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Series / The Mystery Files of Shelby Woo

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The Mystery Files of Shelby Woo is a live-action series that ran on Nickelodeon from 1996 to 1999. The series is about a girl named Shelby Woo (Irene Ng), who lives with her grandfather Mike (Pat Morita) at his bed and breakfast. The first three seasons take place in Cocoa Beach, Florida. After Season 3, the show was retooled, with Shelby and Mike moving to Boston.

The Mystery Files of Shelby Woo provides the following tropes:

  • Absence of Evidence: In "Fool's Gold", the absence of footprints inside the dive shop helps prove that Mr. Pappas actually staged the robbery.
  • Amateur Sleuth: The title character
  • Boyish Short Hair: Sported by Angie.
  • Chekhov's Gun: The case is usually solved when Shelby remembers small details from earlier and discovers a connection between that and clues about the culprit.
  • Clear My Name: Detective Hineline in "The Hit and Run Case" and Shelby in "The Paul Revere Mystery"
  • Cool Old Guy: Mike
  • Conviction by Contradiction: Used frequently on the show
  • Cozy Mystery: Until season four, where she is in Boston.
  • Detective Mole: Detective Waterman in "The Alley Cat"
  • Dude Magnet: Shelby; any time there's a new guy in an episode, he'll very likely end up crushing on her.
  • Enemy Mine: A downplayed example since it's more rivals than anything else but a storyline in one of the tie-in books featured Shelby's Cocoa Beach friends coming to visit her in Boston had them not getting along with her new friends at all, to Shelby's distress. Then Shelby winds up missing and they end up working together to find her.
  • Enfante Terrible: Downplayed in "The Mystery of the Mice that Roared." A brand-new restaurant opens in Boston, but increasingly-dangerous pranks plague the customers, including someone placing mice on a serving tray and spiking the food with chili powder. The culprit turns out to be the preteen daughter of the restaurant's owners, who has felt neglected since they're constantly working and have no time for her. It's clear that the girl isn't evil, just immature, lonely, and acting out the only way she knows how, which explains why both her parents and the cops quickly forgive her.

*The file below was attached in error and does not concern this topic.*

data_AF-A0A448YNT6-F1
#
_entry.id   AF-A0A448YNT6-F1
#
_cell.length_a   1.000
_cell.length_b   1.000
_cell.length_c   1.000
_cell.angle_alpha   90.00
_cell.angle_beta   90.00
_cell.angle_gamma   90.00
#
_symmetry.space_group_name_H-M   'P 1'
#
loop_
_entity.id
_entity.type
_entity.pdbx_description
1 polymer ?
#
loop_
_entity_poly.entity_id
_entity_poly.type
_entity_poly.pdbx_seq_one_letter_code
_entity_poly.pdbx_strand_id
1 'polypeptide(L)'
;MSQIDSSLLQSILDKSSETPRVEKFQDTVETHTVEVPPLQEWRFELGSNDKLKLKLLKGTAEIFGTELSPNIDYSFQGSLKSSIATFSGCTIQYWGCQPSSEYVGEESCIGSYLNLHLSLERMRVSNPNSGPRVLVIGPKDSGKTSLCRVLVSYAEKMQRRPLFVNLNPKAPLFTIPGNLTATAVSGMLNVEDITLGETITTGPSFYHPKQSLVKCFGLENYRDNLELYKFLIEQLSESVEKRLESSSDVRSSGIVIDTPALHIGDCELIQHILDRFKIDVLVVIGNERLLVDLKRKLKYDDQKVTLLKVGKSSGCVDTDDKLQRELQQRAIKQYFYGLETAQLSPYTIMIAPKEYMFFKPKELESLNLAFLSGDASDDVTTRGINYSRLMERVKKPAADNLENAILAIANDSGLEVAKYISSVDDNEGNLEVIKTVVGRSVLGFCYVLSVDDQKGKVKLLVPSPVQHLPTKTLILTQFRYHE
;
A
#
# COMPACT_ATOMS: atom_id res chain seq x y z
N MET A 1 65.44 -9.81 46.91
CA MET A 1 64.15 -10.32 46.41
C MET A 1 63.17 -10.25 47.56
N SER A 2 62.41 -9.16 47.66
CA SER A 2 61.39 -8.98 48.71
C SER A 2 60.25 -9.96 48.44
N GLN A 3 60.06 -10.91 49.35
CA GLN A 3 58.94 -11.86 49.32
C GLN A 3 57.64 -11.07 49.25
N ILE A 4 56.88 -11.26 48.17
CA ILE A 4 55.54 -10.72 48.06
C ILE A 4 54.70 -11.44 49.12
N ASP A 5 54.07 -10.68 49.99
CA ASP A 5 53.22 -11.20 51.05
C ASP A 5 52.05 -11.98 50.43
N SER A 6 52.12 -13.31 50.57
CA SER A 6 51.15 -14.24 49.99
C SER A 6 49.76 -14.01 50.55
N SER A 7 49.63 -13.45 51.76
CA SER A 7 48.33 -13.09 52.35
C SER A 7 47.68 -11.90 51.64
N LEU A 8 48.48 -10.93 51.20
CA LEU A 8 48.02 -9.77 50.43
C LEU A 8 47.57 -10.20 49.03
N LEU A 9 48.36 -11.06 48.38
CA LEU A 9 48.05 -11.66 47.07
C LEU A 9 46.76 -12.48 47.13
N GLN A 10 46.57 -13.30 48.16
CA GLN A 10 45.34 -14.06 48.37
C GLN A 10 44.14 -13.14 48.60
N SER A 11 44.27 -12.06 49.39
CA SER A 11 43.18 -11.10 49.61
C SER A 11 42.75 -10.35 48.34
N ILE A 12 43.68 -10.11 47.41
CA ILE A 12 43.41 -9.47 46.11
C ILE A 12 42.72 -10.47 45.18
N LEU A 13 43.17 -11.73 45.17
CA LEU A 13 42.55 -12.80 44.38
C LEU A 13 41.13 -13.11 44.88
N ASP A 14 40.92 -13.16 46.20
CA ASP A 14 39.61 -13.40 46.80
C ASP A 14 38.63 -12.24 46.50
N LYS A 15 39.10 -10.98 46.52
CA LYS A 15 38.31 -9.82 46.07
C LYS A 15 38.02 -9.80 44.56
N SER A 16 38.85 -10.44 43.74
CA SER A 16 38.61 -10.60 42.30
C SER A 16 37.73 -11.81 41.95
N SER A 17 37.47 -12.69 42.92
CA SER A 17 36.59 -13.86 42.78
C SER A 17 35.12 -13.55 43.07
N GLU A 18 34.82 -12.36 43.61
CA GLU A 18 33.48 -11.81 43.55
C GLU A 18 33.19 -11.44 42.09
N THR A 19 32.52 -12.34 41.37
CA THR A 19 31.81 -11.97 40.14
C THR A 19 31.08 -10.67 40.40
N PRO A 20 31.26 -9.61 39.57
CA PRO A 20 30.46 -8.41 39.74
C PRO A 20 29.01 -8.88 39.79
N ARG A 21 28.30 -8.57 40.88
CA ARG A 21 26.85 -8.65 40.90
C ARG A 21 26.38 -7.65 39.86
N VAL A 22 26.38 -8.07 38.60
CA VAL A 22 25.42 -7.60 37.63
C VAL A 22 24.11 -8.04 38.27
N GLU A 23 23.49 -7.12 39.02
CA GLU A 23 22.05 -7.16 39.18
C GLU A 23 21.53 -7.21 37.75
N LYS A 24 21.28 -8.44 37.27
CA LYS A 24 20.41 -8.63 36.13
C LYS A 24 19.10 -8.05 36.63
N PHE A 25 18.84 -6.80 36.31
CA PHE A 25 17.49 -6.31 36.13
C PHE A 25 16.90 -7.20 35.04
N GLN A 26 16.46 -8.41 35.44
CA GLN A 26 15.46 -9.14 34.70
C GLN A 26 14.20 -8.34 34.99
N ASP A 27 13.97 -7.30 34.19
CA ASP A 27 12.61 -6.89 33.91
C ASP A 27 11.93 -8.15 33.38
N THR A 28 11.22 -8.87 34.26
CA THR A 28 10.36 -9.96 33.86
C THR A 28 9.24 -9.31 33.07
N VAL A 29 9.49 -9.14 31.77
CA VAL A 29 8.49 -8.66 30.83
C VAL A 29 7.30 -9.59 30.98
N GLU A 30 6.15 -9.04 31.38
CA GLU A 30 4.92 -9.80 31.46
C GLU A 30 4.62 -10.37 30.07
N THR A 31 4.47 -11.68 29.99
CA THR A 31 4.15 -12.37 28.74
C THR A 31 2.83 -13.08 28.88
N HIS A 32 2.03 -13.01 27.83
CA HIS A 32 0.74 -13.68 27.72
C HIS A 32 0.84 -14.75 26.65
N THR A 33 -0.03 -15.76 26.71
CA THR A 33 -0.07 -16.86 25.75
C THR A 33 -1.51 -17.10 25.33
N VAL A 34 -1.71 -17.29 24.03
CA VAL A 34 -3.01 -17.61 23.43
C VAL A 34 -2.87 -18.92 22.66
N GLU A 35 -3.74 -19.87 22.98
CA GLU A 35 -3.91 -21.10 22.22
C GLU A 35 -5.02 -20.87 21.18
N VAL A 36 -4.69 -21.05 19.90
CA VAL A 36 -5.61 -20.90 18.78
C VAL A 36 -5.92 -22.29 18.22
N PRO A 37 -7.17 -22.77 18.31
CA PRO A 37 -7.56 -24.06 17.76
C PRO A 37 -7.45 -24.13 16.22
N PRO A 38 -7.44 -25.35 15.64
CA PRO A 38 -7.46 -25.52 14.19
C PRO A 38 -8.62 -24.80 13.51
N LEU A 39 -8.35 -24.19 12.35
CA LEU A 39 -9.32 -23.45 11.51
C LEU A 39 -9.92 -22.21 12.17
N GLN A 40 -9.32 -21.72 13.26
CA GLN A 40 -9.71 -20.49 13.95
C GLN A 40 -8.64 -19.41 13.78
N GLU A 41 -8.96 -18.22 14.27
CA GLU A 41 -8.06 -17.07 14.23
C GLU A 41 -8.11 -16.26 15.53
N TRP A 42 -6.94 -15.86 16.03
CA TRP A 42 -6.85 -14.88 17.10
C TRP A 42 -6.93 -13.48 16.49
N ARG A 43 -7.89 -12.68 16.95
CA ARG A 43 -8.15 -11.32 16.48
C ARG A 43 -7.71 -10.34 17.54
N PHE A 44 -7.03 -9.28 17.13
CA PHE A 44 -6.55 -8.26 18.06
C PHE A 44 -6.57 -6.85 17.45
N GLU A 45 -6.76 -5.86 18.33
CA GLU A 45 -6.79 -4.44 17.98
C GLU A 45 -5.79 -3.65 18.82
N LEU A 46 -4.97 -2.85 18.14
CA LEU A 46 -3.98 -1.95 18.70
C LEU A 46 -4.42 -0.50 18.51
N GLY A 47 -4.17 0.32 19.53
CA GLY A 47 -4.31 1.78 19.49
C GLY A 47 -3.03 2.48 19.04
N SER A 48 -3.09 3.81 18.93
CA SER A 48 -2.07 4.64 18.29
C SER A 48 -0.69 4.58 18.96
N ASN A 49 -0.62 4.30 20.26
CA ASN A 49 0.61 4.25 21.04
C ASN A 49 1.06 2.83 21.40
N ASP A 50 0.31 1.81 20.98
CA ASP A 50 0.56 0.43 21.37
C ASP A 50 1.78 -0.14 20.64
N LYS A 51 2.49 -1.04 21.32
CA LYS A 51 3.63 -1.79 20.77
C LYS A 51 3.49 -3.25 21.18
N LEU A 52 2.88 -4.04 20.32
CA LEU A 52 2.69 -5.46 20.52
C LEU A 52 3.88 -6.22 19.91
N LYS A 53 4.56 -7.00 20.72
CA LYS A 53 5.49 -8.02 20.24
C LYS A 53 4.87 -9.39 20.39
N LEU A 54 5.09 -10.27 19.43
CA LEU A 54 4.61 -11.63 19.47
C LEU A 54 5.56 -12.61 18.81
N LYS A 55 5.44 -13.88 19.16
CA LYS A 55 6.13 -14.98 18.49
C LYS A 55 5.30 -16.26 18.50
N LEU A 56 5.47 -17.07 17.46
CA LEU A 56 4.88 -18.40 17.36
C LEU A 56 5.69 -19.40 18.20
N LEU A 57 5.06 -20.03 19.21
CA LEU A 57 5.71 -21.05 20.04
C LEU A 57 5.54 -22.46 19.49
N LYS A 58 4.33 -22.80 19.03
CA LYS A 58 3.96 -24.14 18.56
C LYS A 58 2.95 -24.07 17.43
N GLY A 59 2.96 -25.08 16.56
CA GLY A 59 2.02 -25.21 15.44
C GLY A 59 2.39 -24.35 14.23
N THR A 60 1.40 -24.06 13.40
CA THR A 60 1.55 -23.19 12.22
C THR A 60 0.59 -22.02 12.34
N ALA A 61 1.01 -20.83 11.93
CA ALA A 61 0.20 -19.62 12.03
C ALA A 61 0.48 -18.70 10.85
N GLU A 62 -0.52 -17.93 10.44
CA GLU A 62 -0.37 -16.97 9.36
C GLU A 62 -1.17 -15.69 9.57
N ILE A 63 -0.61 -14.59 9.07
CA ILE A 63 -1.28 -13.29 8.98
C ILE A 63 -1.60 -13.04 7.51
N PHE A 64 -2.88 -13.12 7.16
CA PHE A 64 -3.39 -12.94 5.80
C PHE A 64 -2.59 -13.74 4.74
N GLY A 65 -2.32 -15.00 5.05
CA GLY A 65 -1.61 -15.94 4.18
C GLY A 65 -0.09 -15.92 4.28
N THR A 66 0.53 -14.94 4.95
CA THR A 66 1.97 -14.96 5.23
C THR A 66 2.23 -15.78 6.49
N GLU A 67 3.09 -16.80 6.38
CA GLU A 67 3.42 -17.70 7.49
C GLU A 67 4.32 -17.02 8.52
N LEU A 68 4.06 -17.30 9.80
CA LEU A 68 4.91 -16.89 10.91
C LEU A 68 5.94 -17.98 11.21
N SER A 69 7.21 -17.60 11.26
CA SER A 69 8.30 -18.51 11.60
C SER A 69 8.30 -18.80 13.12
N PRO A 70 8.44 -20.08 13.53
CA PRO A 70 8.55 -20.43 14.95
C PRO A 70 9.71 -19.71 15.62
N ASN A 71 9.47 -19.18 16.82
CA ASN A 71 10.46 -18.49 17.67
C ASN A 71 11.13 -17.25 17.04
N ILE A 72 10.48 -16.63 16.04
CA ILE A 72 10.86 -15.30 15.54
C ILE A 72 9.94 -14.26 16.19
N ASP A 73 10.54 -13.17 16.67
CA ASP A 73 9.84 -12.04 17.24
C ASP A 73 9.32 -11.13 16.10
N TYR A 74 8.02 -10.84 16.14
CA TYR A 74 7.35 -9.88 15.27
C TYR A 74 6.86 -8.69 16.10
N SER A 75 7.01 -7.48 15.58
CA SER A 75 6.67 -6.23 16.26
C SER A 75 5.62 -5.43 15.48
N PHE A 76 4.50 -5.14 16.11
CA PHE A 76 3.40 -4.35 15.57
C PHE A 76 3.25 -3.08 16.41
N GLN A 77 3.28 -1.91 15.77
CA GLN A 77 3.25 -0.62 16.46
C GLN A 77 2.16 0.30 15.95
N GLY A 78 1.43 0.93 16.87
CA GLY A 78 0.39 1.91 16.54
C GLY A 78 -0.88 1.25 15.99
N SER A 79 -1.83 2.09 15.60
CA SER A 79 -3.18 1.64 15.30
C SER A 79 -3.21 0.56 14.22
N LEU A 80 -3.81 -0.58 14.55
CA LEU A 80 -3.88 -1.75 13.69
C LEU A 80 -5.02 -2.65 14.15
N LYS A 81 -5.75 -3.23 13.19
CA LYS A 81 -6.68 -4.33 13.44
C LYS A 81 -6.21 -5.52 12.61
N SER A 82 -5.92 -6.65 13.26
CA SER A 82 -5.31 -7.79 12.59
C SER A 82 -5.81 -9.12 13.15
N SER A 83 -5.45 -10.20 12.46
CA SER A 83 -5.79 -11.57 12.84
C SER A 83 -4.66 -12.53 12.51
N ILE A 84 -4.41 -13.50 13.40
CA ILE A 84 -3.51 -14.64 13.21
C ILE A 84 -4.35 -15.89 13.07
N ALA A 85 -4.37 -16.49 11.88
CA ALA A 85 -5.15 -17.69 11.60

• "Eureka!" Moment: Used frequently on the show as well, usually just before The Summation.
  • Evil Gloating: In "Mystery in the Wilderness," the thief is about to get away with stealing a valuable computer chip and trapping Shelby, Noah, and Cindi in ropes, but stops to gloat and taunt the kids, mockingly suggesting that Noah's survival guide could help. He promptly clocks the crook in the head with the guide, knocking them out and saving the day.
  • Faking and Entering: Mr. Pappas does this in "Fool's Gold"
  • Fiery Cover-Up: in "The Smoke Screen Case", Dr. Baxindine was burning down houses to hide the fact she was illegally harboring endangered animals inside the houses.
  • Foil: Both members of Shelby's two trios foil their same-gender counterparts. Cindy is a Jumps at Shelby's call type (and in one of the books, is implied to have been drawn to Shelby's unusual nature right away, though then it was Shelby being exotic rather than eccentric) who tends to make less than sensible decisions; Angie is initially thrown horribly by Shelby's ways and is prone to pointing out when a decision isn't well thought through (though she has her moments). Noah is a Sour Supporter who hates getting involved in the plot while Vince is immediately drawn into Shelby's mystery-seeking ways and remains as such; Vince also has a fair amount of Ship Tease with Shelby while Noah's relationship with her is strictly platonic.
  • Gaslighting: An unintentional example in "The Haunted House Mystery." It turns out the noises and odd disturbances going on in the house were being caused by the woman's grandson... because he was secretly trying to find proof of the supposed ghost.
  • Gender Bender Nickname: In "Hot Seats Part 2", Jo Rowan is actually Josephine Rowan.
  • Hidden in Plain Sight: In "The Alley Cat", the Waterman pearls were hidden inside the eyes of Tamara's teddy bear.
  • Heterosexual Life-Partners: Shelby has this relationship with Noah, Cindy and Angie. Vince is another matter...
  • Identical Stranger: Noah having one in "Two Faced" winds up getting him kidnapped.
  • Implied Love Interest: Vince and Shelby are constantly hinted to be interested in each other in Season 4.